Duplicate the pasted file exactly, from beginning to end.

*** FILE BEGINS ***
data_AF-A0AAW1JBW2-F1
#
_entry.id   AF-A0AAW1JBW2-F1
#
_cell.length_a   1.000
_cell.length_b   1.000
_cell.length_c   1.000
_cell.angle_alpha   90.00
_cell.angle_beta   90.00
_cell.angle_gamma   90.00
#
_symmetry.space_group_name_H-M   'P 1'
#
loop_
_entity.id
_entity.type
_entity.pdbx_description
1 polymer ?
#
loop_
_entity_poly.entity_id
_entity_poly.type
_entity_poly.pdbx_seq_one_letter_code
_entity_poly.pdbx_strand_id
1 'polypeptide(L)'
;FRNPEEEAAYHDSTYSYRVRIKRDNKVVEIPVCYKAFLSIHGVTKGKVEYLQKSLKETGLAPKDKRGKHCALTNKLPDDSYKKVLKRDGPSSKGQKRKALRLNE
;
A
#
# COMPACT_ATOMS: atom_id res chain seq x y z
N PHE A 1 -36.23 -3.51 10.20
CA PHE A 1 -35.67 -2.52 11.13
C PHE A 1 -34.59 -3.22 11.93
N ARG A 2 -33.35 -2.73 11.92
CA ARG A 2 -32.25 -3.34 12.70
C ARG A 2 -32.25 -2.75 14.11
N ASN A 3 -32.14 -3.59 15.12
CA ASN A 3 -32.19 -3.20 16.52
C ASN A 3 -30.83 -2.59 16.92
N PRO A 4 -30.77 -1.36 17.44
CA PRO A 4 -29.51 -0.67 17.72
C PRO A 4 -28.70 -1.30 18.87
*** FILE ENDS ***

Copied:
data_AF-A0AAW1JBW2-F1
#
_entry.id   AF-A0AAW1JBW2-F1
#
_cell.length_a   1.000
_cell.length_b   1.000
_cell.length_c   1.000
_cell.angle_alpha   90.00
_cell.angle_beta   90.00
_cell.angle_gamma   90.00
#
_symmetry.space_group_name_H-M   'P 1'
#
loop_
_entity.id
_entity.type
_entity.pdbx_description
1 polymer ?
#
loop_
_entity_poly.entity_id
_entity_poly.type
_entity_poly.pdbx_seq_one_letter_code
_entity_poly.pdbx_strand_id
1 'polypeptide(L)'
;FRNPEEEAAYHDSTYSYRVRIKRDNKVVEIPVCYKAFLSIHGVTKGKVEYLQKSLKETGLAPKDKRGKHCALTNKLPDDSYKKVLKRDGPSSKGQKRKALRLNE
;
A
#
# COMPACT_ATOMS: atom_id res chain seq x y z
N PHE A 1 -36.23 -3.51 10.20
CA PHE A 1 -35.67 -2.52 11.13
C PHE A 1 -34.59 -3.22 11.93
N ARG A 2 -33.35 -2.73 11.92
CA ARG A 2 -32.25 -3.34 12.70
C ARG A 2 -32.25 -2.75 14.11
N ASN A 3 -32.14 -3.59 15.12
CA ASN A 3 -32.19 -3.20 16.52
C ASN A 3 -30.83 -2.59 16.92
N PRO A 4 -30.77 -1.36 17.44
CA PRO A 4 -29.51 -0.67 17.72
C PRO A 4 -28.70 -1.30 18.87